Irritable (SR I / 653); Reactions : Impatient (SR I / 600); Hurry (SR I / 579)

Restlessness( SR I / 835);  Touch (SRI / 907)

Noise, to (SR I / 901);  Music (SR I / 901);  Contradiction (SR I / 184)

Resentment (SRI / 720); Anger (SRI / 26); Throw (SR I / 225)

Reproach (SR I / 832); Curse (SR I / 191) Strike (SR I / 963); Kill (SR I / 682)

Easily offended (SR I / 791);  Scream (SR I / 911 - 921); Bite (SR I / 110);

Company (SR I / 144);  Desire for / aversion to

Consolation (SR I / 181); Sympathy (SR I / 985); Moods: Variable Changeable

(SR I / 760); Depressed, Morose, Broods (SR I / 864; 764; 115)

Despair (SR I / 391); Indifference (SR I / 609); Apathy  

Shy (SR I / 1026 Bashful); Timid (SR I / 1023); Timidity - Bashful, Shy, Clinging

Mild (SR I / 743);  Consolation (SR I / 181) Confidence, Lack of (SR I / 159)

Discouraged (SR I / 406);  Sympathetic,  (PH 267); Sympathy Agg. (PH  / 181; 985);   Jealous (SR I / 674); Suspicion (SR I / 983); Obstinate (SR I / 787);

Suicidal (SR I / 974); Lamenting, Complaining (SR I / 688; 152)

Dissatisfied, Discontented, Displeased (SR I / 402); Loquacious (SR I / 713)

Time passes too quickly / Slowly / Fritters away to (SR I / 1022, 1023)

Death, Agony before (SR I 194), Contempt of (SR I / 194);

Conviction ( SR I / 195); Desires (SR I / 195); Presentiment (SR I, 197)

Sensation of (SR I / 198); Thoughts of (SR I / 199)

Fears, apprehensions (SR I / 473); Examinations (SR I / 498); Strangers (SR I / 525)

Undertaking (SR I / 529); Failure (SR I / 499); Dark (SR I / 482)

Thunder (SR I / 528); Height (SR I / 505); Alone (SR I / 194, 477);

Death (SR I / 487); Animals (SR I / 479); Evil spirits (SR I / 502);

Disease (SR I / 493)

Memory Weak for :

Names (SR I / 738); Forgetful own name (SR I / 738);Things done (SR I / 735)

Heard (SR I / 737); Seen (SR I / 740); Read (SR I / 739); Things to do (SR I / 735);

Forgetfulness of old people (SR I / 544)

Ailments from: 

Grief (SR I / 566); Shock (SR I / 23); Anger, suppressed (SR I / 15)

Foreboding (SR I / 15); Anticipation, Bad news (SR I / 15)

Cares, worries (SR I / 16); Death of child, parents, friends (SR / 16)

Disappointment (SR I / 17); Disappointed love (SR I / 20); Fright (SR I / 18)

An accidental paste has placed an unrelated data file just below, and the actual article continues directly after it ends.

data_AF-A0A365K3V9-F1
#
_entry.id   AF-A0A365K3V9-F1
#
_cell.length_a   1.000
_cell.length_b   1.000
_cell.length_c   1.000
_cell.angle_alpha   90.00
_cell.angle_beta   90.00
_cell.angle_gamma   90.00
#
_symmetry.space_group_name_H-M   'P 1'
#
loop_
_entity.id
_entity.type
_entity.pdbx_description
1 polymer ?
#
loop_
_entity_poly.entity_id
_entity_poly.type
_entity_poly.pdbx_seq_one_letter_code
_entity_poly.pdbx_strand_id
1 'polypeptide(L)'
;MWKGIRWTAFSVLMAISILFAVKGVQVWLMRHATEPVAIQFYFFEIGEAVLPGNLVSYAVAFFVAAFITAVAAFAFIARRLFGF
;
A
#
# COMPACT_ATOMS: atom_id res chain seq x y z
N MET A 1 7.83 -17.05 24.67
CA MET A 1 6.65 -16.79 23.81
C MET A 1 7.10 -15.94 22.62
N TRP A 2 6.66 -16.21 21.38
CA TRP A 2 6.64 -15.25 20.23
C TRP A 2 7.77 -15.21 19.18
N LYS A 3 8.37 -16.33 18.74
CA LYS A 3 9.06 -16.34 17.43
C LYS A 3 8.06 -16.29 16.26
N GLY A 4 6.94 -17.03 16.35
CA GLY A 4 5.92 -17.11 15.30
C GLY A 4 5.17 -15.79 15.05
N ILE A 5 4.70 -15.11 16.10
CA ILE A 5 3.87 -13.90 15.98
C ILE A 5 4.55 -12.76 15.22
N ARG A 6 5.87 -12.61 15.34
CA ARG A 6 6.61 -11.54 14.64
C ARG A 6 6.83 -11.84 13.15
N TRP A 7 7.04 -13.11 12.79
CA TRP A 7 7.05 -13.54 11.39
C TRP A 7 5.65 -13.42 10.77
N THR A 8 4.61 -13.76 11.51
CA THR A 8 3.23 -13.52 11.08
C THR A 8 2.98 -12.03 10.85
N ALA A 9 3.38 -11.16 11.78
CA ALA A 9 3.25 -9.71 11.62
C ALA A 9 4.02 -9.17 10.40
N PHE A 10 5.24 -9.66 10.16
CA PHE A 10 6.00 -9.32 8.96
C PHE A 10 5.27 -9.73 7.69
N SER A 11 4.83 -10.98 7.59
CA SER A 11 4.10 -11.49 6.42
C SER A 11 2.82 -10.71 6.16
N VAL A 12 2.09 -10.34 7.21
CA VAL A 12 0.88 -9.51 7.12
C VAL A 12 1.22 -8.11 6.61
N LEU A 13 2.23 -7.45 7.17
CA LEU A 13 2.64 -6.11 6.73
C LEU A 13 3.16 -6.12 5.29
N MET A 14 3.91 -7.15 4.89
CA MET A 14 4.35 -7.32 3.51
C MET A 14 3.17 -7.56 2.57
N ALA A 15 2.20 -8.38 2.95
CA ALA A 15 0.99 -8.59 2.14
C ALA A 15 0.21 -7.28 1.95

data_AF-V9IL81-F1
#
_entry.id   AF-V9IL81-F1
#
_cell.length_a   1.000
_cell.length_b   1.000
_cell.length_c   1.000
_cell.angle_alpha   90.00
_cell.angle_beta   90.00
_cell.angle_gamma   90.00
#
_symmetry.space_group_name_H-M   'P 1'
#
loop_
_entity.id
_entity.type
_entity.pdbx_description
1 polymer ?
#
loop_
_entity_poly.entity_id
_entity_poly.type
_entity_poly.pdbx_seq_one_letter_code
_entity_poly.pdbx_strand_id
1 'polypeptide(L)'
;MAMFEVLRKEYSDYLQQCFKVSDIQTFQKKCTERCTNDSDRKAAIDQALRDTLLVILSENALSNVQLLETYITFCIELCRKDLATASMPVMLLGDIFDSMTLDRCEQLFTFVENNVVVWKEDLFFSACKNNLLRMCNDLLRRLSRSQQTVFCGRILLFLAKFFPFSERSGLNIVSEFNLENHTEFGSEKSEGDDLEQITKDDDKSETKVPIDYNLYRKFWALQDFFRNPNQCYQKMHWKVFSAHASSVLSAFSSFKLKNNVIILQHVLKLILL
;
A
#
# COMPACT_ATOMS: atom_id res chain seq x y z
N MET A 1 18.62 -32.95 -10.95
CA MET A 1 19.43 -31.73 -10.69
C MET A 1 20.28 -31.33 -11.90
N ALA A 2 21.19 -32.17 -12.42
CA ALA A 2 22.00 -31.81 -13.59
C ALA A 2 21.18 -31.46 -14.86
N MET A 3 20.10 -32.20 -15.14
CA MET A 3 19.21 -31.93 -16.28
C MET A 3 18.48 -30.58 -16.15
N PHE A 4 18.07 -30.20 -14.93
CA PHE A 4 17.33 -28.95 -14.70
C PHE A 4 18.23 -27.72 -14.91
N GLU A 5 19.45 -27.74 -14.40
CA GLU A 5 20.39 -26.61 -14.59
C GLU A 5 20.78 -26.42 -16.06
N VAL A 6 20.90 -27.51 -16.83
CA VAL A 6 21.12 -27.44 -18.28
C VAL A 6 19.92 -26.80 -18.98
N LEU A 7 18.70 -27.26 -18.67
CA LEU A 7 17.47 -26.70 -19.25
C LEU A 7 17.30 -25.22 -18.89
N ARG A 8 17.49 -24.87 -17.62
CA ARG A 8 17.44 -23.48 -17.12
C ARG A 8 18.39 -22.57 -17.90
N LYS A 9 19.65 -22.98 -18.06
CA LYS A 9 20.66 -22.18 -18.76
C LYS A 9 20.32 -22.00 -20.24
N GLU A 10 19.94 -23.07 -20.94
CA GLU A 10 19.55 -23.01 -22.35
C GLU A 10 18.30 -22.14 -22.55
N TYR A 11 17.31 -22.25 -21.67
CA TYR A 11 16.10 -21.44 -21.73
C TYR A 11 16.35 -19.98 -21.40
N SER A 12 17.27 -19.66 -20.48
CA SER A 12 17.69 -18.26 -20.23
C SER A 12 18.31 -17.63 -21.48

Emotional excitement (SR I / 17); Fear (SR I / 18); Homesickness (SR I / 19);

Jealousy (SR I / 20) Excessive joy (SR I / 20);   Mental work (SR I / 23);

Mortification (SR I / 21); Pecuniary loss, loss of place (SR I / 21)


  Awkward (SR I / 101)

  Aversion to be looked at (SR I / 712);  to be touched (SR I / 1028)

  Bashful, shy, timid (SR I / 1026, 562, 1023)

  Approach, fear of,  Aversion to  (SR I / 101, 103)

  Cold / Warm / (KR 1304 / 1326); Dry, inability to perspire (KR 1307)

  Chappiness, Cracks (KR 1304 -1305);  Rough (KR 1330)

  Mole, Naevi (KR 1330); Warts (KR 1339)

  Uncleanliness, dirtiness, untidy, aversion to bathing,

  Indifference to ext. things; (SR I / 1062, SR I / 616)

  Nails distorted (KR - 984); Brittle (KR - 954); Corrugated (KR - 970)

  Fastidious (SR I / 472); Dropsical (SR II / 159); Dwarfish (SR II / 166)

  Emaciation neck, lips, see relevant sections (KR)

  Emaciated (SR II / 171); Emaciated children (SR II / 173)

  Emaciated old  people (SR II / 174); of single parts  (SR II / 174)

  Forehead - wrinkled (KR - 396); Anaemic (SR II / 32); Answers (SR I / 47)

  Pale ( SR I / 34);  Rickety (SR II / 563); Obese (SR II / 393)

  Thin / lean (SR II / 345);  Gait (SR II / 286);

  Restless, fidgety, agitated, nervous (SR I / 835, 582  impatient waiting)

  Sour / foul smell / offensive smell (KR 1298);  Stoop - shoulder (SR II / 606)

  Swellings, Tumours etc.; Hard / tender / colour / location (SR II 620 - 626)

  Symmetry (parts equally developed or different)


  Deep (SR III / 9);  Disturbed (SR III / 15) Interrupted (SR III / 48);

  Restless (SR III / 68); Sleepiness / Sleeplessness (SR III 82 - 128, 129 - 185)

  Agg. during / amel. during (KR / 1402),  (SR II / 597); Waking agg. (SR III / 183)

  Position of sleep (SR III / 54) agg. / amel. Dreams ( SR III / 242)


  Heart : palpitation : (KR 873);  On exertion : (KR 875)

  Ascending / descending (KR 874);  Anxiety causes  (KR 874)

  Lying amel. / walking about amel. (KR 839);

  Pains in region of heart : type of pain  and extension of pain  (KR 849 - 850)


  Pains, in : (KR 894) Cervical  (KR 899); Dorsal  (KR 901)

  Lumbar (KR 905); Sacral  (KR 909); Lumbosacral (KR 909)

  Sacroiliac (KR 912); Coccyx  (KR 912);  Between scapulae (KR 903)

  Better by pressure (KR 858); Spine (KR 912)


  Constipation amel. (SR II / 92); Diarrhoea amel. (SR II / 156)